Andrea A. Lunsford

What to the Slave is the 4th of July?

Blog Post created by Andrea A. Lunsford Expert on Jul 7, 2016

I am writing this post on July 4, shortly after writing to the class called Writing and Acting for Change that I am team-teaching at Vermont’s Bread Loaf School of English.  Though it’s a national holiday, Bread Loaf classes meet on the 4th, and though I am not on campus physically right now I am in touch with the class through e-mail, Twitter, and our private class blog.

Happy 4th of July to all.  I'm about to re-read, as I do every year this time, Frederick Douglass's "What to the Slave is the 4th of July?"  Or I may listen to James Earl Jones reading it.

 

When I got up this morning, a student in the class had added a similar but much more eloquent post:

"I prayed for twenty years but received no answer until I prayed with my legs."

- Frederick Douglass

For the last few years I have made it my tradition to read this piece on the 4th of July. I am in awe of Frederick Douglass and his rhetoric-- what an incredible example of writing and ACTING for change. Would anyone want to read this together out loud at some point today? Perhaps after class? I find the above quote particularly powerful and relevant in an era of hashtag activism and "Pray for Orlando" &"Pray for Paris" Facebook filters. A good reminder of the need for embodied action.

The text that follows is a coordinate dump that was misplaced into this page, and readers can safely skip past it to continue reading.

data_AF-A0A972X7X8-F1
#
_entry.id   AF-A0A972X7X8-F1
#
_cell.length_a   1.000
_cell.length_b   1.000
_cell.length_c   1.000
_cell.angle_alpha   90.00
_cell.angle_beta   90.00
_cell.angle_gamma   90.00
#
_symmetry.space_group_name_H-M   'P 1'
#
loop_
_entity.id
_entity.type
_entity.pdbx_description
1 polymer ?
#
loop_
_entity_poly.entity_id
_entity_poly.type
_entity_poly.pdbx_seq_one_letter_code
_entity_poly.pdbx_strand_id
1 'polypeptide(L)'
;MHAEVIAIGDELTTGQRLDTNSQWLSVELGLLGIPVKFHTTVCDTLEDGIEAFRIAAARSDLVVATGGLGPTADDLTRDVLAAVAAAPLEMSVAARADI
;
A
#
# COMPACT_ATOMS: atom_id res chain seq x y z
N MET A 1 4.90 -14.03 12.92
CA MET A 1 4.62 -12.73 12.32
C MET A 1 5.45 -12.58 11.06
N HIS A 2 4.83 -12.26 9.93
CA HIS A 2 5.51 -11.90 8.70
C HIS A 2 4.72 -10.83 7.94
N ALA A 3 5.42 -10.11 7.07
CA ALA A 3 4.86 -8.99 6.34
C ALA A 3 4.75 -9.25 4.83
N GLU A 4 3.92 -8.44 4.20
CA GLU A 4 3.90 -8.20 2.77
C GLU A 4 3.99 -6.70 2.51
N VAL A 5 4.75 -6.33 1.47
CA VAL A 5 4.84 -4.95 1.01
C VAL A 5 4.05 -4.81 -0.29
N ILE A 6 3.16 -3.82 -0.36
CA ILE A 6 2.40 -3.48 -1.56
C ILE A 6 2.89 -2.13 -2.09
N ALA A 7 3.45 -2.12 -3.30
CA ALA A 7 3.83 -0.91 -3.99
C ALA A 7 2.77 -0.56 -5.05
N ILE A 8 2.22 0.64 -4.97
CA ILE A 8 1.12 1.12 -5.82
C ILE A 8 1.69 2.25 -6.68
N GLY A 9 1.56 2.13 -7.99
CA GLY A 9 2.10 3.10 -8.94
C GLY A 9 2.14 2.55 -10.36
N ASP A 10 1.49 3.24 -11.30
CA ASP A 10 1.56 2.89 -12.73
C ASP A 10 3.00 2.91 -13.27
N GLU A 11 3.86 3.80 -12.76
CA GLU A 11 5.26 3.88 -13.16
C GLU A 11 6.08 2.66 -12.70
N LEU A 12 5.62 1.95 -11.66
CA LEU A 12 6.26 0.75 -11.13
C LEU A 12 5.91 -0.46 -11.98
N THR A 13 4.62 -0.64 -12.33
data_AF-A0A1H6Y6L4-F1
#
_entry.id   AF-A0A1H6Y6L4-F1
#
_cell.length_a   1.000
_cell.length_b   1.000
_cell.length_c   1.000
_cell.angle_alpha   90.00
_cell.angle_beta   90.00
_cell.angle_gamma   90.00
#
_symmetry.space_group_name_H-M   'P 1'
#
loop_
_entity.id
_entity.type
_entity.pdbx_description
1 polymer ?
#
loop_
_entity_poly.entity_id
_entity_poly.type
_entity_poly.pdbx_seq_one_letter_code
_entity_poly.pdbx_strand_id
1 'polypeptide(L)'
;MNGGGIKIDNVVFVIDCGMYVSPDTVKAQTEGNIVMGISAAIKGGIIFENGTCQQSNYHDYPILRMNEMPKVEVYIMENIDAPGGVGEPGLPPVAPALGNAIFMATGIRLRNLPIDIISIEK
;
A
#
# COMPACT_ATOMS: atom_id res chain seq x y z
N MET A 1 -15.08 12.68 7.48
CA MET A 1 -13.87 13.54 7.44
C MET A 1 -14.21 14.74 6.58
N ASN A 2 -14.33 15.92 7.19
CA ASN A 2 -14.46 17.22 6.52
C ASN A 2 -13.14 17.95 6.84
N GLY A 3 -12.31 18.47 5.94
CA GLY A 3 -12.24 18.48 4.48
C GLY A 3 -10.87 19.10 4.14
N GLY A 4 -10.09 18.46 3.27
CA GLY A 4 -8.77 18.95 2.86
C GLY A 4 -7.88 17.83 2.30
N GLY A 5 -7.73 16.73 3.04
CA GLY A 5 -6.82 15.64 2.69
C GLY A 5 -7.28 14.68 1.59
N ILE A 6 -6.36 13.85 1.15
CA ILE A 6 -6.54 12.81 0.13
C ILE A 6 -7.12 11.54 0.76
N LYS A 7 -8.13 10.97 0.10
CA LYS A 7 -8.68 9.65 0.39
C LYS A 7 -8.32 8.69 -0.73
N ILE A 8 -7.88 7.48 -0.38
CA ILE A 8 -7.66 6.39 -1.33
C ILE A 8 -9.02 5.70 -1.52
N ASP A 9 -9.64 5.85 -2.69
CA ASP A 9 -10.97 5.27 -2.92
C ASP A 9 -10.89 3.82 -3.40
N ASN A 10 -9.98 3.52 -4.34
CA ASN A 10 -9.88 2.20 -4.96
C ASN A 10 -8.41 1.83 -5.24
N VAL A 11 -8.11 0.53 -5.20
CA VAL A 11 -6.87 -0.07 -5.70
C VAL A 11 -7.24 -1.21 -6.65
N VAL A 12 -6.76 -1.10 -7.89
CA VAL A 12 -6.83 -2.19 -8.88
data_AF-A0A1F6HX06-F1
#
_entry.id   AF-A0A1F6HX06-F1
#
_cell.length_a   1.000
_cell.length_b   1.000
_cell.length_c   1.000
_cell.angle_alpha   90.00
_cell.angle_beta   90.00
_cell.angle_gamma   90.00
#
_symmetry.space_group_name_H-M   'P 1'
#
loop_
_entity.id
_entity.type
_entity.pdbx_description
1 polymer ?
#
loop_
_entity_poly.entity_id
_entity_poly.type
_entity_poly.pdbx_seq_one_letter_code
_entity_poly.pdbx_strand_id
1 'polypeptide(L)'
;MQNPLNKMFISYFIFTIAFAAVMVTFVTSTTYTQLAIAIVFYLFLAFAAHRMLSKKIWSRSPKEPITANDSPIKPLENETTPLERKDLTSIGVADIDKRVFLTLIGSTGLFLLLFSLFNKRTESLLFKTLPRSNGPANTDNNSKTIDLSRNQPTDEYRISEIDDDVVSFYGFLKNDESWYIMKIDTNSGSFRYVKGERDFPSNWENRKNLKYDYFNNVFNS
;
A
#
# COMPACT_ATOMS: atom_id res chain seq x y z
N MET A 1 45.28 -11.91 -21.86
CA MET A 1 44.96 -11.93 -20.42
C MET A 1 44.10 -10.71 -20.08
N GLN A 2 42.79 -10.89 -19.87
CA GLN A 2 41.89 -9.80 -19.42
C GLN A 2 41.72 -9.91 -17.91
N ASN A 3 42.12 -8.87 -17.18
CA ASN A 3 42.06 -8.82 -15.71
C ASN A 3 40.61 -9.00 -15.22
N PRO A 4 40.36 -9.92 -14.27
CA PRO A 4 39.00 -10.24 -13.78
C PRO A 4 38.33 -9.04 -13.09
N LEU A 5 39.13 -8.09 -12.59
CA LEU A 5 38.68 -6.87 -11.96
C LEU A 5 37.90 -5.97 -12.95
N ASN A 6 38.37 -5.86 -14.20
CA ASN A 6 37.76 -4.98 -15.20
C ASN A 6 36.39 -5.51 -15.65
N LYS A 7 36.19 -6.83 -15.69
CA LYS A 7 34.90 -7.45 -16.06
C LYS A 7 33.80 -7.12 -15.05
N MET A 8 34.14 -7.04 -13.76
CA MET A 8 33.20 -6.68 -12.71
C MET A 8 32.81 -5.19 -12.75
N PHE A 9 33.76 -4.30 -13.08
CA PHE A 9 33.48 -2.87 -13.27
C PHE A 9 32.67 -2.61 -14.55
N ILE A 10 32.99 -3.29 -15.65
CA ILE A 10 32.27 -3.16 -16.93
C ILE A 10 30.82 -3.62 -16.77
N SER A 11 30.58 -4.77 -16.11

A good reminder of the need for embodied action indeed.  In our class, we are reminding ourselves every day that we must go beyond talk to ACT if we intend to create any real change.  Thanks to Frederick Douglass for providing a brilliant example and for giving us food for thought on every 4th of July.

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[Image: Frederick Douglass, by Political Graveyard on Flickr]

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